Don’t look down: Alyeska Resort opens new dizzying attraction

A person walks across a narrow bridge high above the ground, suspended between two cliff sides.
A visitor crosses the bridge above New Years Chute, a double black diamond ski trail on Mount Alyeska’s north face. (Dev Hardikar/Alaska Public Media)

Alyeska Resort in Girdwood has a new attraction: the Veilbreaker Skybridges.

People can pay to walk 600 feet across two narrow bridges suspended 2,500 feet above the valley floor. Mountain General Manager Duane Stutzman said demand has been high since the July 10 opening.

“We were hoping that we would get three or four people per tour,” he said. “And we’re selling out.”

Stutzman said they’re training more guides next week, and plan on increasing the number of tours each day. Right now, tours are every two hours, six people each. It costs $150 per person.

Stutzman said it’s an experience most other resorts don’t have.

“A lot of your resorts will do a zip line or roller coaster, but he wanted something different that really showed what the Alaska lifestyle was all about,” he said.

The tours will run every day until the first measurable snowfall.

“We take the bridge apart in the winter, take all the foot walkways off of it, and then just let the cables hang there all winter,” said Stutzman. “We’ll come back in spring, and put it all back together again.”

The tour begins with a tram ride up the mountain. At the top, visitors are equipped with harnesses and helmets, and given a safety briefing. The guides take the group up a short but relatively steep hike to the bridges, where they are clipped into the safety cable and cross, at their own pace, one or two at a time.

Visitors are welcome to take pictures on the bridges, but the guides say that if they drop their phones, they won’t be getting them back.

two people on a narrow bridge above a mountainside
Ryan Merrill and his son Caden Merrill cross the first bridge above Christmas Chute. (Dev Hardikar/Alaska Public Media)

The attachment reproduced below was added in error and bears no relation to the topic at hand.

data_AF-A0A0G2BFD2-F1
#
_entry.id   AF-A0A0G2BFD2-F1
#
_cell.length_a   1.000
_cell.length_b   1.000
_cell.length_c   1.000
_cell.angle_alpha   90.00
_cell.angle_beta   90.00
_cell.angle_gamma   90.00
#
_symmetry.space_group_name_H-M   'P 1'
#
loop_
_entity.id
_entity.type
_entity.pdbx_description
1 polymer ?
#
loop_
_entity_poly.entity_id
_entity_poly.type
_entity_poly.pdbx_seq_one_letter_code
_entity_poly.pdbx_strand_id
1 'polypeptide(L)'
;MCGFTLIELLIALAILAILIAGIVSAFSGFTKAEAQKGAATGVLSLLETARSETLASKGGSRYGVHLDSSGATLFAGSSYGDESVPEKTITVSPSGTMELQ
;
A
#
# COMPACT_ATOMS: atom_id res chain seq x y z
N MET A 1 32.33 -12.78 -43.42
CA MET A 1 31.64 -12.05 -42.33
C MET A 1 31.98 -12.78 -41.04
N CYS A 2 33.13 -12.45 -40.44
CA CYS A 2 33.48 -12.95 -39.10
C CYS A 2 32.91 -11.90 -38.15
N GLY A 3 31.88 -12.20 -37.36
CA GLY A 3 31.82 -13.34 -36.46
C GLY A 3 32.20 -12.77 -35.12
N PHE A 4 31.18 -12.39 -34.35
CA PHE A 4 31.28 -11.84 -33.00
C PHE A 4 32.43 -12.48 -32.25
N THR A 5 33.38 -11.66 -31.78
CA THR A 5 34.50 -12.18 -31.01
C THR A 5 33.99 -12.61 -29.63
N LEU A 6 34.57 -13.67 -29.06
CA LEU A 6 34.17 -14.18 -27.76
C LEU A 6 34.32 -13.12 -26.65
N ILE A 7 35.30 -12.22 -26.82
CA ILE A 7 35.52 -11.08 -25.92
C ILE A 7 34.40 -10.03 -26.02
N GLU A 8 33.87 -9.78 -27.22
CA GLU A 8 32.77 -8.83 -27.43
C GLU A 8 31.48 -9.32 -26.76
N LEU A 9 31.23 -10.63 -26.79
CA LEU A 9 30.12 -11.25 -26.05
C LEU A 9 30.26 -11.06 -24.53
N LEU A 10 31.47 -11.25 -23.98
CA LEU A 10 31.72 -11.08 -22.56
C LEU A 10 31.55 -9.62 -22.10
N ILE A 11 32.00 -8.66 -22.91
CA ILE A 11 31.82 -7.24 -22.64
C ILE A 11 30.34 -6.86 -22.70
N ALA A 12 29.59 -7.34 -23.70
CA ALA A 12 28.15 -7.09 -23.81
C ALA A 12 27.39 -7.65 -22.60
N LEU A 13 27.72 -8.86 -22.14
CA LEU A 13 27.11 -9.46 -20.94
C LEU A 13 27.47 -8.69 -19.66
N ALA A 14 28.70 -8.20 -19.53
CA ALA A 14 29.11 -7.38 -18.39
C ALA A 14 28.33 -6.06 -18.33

Ryan Merrill, a tourist and self-described adrenaline junkie from Ohio, made the crossing with his son Caden on Thursday afternoon. He said it was more intense than he was expecting.

“Initially, it’s not bad, but you get out to the middle, you can really feel the bounce of it, you know, and you’re looking down at your feet,” he said. “It’s just straight down.”

But, he said, the view made it all worthwhile.

Two people in climbing helmets and harnesses on top of a mountain.
Ryan Merrill and his son Caden Merrill after crossing the second bridge. They’re visiting Alaska to celebrate Caden’s high school graduation. (Dev Hardikar/Alaska Public Media)
a group of people walk up a mountain path.
Mountain guide Brooks Hennessy leads a group up Mighty Mite trail to the first bridge. (Dev Hardikar/Alaska Public Media)
a person with a helmet and climbing harness waiting at the end of a long suspension bridge across a mountainside.
Brooks Hennessy waits to secure visitors to the bridge’s safety cable. (Dev Hardikar/Alaska Public Media)
A person stands on a narrow bridge, looking down. It's only slightly wider than their two feet side by side.
The bridge bounces slightly with each step, and sways a little in the wind. (Dev Hardikar/Alaska Public Media)

Dev Hardikar is Alaska Public Media's 2023 summer news intern. Reach him at

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